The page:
• Don’t take toys, pacifiers, cups, baby bottles, strollers, or similar items into pig areas.
  • Avoid close contact with pigs that look or act ill.
  • Take protective measures if you must come in contact with pigs that are known or suspected to be sick. This includes minimizing contact with pigs and wearing personal protective equipment like protective clothing and gloves and masks that cover your mouth and nose when contact is required.
  • Wash your hands often with soap and running water before and after exposure to pigs. If soap and water are not available, use an alcohol-based hand rub.
  • To further reduce the risk of infection, minimize contact with pigs in the pig barn and arenas.
  • Watch your pig (if you have one) for illness. Call a veterinarian if you suspect illness.
  • Avoid contact with pigs if you have flu-like symptoms. Wait 7 days after your illness started or until you have been without fever for 24 hours without the use of fever-reducing medications, whichever is longer. If you must have contact with pigs while you are sick, take the protective actions listed above.

People with high risk factors who develop flu symptoms should call a health care provider. Tell them about your high risk factor and any exposure to pigs or swine barns you’ve had recently. Seasonal flu vaccine will not protect against H3N2v, but prescription influenza antiviral drugs can treat H3N2v illness in people.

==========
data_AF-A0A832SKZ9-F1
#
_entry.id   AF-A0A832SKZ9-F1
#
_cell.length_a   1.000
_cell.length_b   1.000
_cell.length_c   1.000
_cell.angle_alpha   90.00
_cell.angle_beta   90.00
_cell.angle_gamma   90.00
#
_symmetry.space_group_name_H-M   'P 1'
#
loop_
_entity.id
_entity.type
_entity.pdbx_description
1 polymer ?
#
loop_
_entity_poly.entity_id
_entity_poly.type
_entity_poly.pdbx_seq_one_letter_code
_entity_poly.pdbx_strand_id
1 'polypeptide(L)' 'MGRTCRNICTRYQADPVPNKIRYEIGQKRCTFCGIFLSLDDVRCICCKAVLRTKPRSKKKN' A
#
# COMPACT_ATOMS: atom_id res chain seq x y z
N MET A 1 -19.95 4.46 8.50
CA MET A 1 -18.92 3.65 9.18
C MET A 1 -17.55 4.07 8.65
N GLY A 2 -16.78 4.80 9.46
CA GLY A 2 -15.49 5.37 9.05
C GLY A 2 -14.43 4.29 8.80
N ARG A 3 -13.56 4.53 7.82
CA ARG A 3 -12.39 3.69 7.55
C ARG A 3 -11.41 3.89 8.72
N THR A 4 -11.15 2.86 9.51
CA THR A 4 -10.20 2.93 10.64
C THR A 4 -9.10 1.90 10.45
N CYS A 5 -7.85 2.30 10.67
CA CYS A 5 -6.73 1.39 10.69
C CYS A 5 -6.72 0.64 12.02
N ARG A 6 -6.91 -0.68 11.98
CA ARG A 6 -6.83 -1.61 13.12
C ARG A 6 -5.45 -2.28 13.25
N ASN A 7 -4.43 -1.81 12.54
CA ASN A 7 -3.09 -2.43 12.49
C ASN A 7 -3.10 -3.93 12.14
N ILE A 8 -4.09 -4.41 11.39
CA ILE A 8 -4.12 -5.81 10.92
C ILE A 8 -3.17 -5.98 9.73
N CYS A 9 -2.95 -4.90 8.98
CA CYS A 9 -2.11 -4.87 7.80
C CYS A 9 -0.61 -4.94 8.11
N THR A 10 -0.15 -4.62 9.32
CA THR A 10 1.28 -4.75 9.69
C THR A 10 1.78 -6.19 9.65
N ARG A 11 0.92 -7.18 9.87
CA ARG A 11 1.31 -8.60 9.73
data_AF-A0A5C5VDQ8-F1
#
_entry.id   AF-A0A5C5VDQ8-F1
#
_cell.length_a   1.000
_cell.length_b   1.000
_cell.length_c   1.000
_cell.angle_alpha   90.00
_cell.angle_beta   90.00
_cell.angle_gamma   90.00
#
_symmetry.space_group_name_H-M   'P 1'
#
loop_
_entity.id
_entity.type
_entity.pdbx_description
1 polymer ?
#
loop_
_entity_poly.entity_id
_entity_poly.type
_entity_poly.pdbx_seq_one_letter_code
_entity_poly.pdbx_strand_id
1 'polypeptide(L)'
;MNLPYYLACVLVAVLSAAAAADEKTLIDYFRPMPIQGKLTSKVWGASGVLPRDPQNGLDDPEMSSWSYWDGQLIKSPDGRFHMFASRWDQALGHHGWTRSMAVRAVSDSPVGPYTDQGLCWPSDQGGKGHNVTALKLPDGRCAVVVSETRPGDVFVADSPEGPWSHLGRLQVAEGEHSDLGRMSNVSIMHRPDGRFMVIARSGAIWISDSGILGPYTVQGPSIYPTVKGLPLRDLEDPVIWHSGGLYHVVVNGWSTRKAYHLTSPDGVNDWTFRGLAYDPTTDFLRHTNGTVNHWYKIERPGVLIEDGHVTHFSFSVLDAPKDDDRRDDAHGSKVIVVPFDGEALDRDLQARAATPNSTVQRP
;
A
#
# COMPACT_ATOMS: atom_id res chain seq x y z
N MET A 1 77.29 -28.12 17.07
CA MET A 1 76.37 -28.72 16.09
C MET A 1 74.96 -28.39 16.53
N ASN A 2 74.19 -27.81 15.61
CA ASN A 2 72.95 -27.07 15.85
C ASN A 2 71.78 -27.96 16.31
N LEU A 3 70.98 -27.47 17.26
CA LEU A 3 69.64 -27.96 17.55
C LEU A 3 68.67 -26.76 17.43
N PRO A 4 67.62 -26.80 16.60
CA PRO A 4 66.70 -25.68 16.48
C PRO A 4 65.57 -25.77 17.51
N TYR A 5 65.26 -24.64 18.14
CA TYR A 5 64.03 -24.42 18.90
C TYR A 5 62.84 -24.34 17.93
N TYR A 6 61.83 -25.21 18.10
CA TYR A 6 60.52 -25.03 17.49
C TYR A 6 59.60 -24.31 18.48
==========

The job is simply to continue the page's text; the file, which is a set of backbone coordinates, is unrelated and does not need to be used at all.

We’ve not seen sustained or efficient spread of these swine flu viruses in humans - but like all flu viruses - swine variant viruses are capable of evolving, reassorting, and adapting to their hosts.
Due to their (often) unremarkable presentation, and limited laboratory testing, cases likely occur more often than we know (see CID Journal: Estimates Of Human Infection From H3N2v (Jul 2011-Apr 2012).

Last summer we looked at a study that examined two newly  discovered (in 2014) North American swine variant strains (see J. Virol: Novel Reassortant Human-like H3N2 & H3N1 Influenza A Viruses In Pigs).  

They described both of these novel subtypes as “. . . virulent and can sustain onward transmission in pigs, and the naturally occurring mutations in the HA were associated with antigenic divergence from H3 IAV from human and swine’ and goes on to warn that  ``. . . the potential risk of these emerging swine IAV to humans should be considered”.